As of 04/17/2022 7:02 PM
Islamophobia leader Stram Kors announced that he wanted to burn the Koran at a demonstration. Opponents protested that Swedish authorities had approved the far-right rallies. There were riots.
In Sweden, violent protests erupted in several cities on Saturday night and Sunday night after a far-right party was allowed to hold rallies.
Swedish radio SVT reported that cars and garbage cans were burned in Malmö, and a bus caught fire after a burning object was thrown. Stones and Molotov cocktails were also thrown at police officers. There were no reports of injuries.
Planned Quran burning
The protests erupted due to rallies organized by the Danish right-wing party, Stram Kors. Their party leader Rasmus Palaudan announced that he also wanted to burn the Koran. In Linköping, he was said to have done the same, and in other places he apparently stayed with the advertisement.
The protests emerged in Malmö after the originally planned event in the city of Landskrona was moved to Malmö due to the riots. According to the police, about 100 young people, mostly young men, threw stones and set cars, trash cans and tires on fire in Landskrona. After the transfer to Malmö, protests escalated there as well. Party leader Baludan was stoned and wounded.
Sunday riots too
On Easter Sunday, riots in connection with right-wing demonstrations continued. In Norrköping in the south of the country, police said they fired warning shots. Radio “SVT” reported in the evening that a man was wounded in the leg. 13 were arrested in total. Police said they were attacked.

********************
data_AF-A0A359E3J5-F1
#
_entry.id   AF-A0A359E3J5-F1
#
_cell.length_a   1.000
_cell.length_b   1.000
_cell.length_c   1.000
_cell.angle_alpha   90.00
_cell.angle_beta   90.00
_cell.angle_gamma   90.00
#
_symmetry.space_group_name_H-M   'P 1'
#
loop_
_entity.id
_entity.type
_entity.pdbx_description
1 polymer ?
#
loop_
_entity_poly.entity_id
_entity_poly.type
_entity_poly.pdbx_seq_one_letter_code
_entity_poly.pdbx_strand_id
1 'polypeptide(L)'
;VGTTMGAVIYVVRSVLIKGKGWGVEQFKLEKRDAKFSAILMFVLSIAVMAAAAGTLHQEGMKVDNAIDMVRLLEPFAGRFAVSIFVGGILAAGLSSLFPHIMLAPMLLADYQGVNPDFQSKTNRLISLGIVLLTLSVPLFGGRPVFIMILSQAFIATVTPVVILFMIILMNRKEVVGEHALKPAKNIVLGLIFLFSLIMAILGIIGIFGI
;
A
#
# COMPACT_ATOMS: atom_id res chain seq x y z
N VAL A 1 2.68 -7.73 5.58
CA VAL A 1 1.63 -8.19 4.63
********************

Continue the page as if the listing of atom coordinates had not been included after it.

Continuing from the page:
Violent protests for days
There have already been protests in various cities in the past few days after Stram Kurs announced the rallies, including in Stockholm and Norrköping. Police cars were set on fire in Örebro on Friday.
A party that wants to contest the parliamentary elections
The far-right Baludan holds Danish and Swedish citizenship and plans to run with the Swedish branch of his party in parliamentary elections in late summer. In Denmark, Stram Kurs advocated the banning of Islam and the expulsion of non-Danish people.
Reply from Malaysia
Baludan’s burning of the Qur’an also sparked an official reaction from Malaysia. The foreign minister of the Muslim-majority island state said the measure had crossed “moral limits and standards of the right to freedom of expression”. She added that this fuels hatred “which must be rejected by all those who seek peace and promote peaceful coexistence.”